Re: ??degrees?? of verbs
|From:||John Quijada <jq_ithkuil@...>|
|Date:||Sunday, February 6, 2005, 0:15|
Scotto Hlad wrote:
>Ok all the talk about degrees of adjectives has me thinking of verbs in a
>new conlang that I've been putting together. When I was studying Hebrewfor
>my religious education degree, I learned about the different stems. I was
>always fascinated with teh qal and piel, the piel having been explainedas a
>stronger form of the verb. I may not get the example 100% (it has been 10
>years since I studied) but
>hit (qal) -> strike (piel)
>I tend so see everything in a mirror, so if there must be a stronger form
>there must be a weaker form. My conlang will have a form that gives both a
>stronger and weaker form. I have dubbed this property "force."
>tap, hit, strike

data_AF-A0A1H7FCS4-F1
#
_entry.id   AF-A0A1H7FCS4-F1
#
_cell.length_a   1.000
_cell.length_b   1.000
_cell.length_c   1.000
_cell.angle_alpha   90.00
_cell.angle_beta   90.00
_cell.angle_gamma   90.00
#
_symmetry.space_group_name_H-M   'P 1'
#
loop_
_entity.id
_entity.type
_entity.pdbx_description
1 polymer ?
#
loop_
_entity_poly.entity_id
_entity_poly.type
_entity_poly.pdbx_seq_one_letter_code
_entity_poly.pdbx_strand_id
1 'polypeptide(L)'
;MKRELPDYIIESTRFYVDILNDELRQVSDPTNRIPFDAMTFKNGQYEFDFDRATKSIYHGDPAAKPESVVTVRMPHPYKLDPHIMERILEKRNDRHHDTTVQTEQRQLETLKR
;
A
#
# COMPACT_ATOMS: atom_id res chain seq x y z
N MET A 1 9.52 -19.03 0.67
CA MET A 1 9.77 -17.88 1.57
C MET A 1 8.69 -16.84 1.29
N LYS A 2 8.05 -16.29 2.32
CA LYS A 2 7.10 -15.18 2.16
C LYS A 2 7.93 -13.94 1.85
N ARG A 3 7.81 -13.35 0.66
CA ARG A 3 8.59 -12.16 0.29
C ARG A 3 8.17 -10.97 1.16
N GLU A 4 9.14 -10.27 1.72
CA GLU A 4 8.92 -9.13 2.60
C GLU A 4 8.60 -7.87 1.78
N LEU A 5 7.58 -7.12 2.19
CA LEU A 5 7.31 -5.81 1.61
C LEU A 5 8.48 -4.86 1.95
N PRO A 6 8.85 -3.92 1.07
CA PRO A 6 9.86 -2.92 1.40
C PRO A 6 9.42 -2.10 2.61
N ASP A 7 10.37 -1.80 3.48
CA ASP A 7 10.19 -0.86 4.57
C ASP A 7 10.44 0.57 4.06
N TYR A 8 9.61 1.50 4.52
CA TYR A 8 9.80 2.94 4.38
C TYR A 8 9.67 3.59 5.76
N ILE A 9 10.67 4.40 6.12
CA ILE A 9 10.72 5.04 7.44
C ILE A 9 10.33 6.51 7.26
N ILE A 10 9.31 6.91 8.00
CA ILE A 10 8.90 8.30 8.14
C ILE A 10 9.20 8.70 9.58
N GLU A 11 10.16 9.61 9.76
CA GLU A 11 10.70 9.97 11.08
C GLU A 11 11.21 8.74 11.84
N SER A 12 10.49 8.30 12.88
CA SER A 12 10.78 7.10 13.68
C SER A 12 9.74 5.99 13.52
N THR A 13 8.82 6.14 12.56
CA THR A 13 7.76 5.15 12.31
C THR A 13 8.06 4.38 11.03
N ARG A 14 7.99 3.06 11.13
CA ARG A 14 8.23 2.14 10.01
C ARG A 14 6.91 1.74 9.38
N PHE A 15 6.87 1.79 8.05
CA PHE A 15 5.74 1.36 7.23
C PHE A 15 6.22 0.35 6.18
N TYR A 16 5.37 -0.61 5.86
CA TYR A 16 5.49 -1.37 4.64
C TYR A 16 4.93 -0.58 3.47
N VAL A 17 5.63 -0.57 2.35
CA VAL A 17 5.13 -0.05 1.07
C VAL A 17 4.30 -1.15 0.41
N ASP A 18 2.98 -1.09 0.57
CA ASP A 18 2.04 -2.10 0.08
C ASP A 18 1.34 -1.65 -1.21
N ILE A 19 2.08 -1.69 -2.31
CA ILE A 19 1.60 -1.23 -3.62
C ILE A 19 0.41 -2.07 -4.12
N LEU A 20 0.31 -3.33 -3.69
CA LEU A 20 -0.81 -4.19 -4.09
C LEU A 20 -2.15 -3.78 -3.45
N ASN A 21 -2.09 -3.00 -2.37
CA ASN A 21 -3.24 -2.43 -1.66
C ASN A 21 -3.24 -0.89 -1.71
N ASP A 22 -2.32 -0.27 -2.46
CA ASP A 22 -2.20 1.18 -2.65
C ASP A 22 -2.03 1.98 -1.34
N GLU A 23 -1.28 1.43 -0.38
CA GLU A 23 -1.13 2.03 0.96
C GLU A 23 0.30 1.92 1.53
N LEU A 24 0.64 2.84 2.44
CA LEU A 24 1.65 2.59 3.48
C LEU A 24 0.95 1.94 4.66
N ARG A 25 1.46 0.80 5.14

>I have named the weaker form "diminutive" and the stronger form
>"augmentative" but couldn't think of a name for the neutral form.
>I'm open to suggestions for this neutral form.__________________________
I'd use the term "basic," "default" or "standard." However, since you are
resorting to non-standard usage of the terms "diminutive"
and "augmentative", you might also consider using the term "equative."
By the way, Ithkuil makes this sort of binary distinction in its
formatives (nouns and verbs) but along a different parameter: informality
versus formality (a category I call Designation). Examples are "tool"
vs. "utensil", "grow" vs. "cultivate", "get/obtain"
vs. "procure", "populate" vs. "settle", "think" vs. "analyze", etc. This
is all consistent with one of the language's goals to push to the
morphological level any systematic semantic distinctions that other
languages achieve at the lexical level.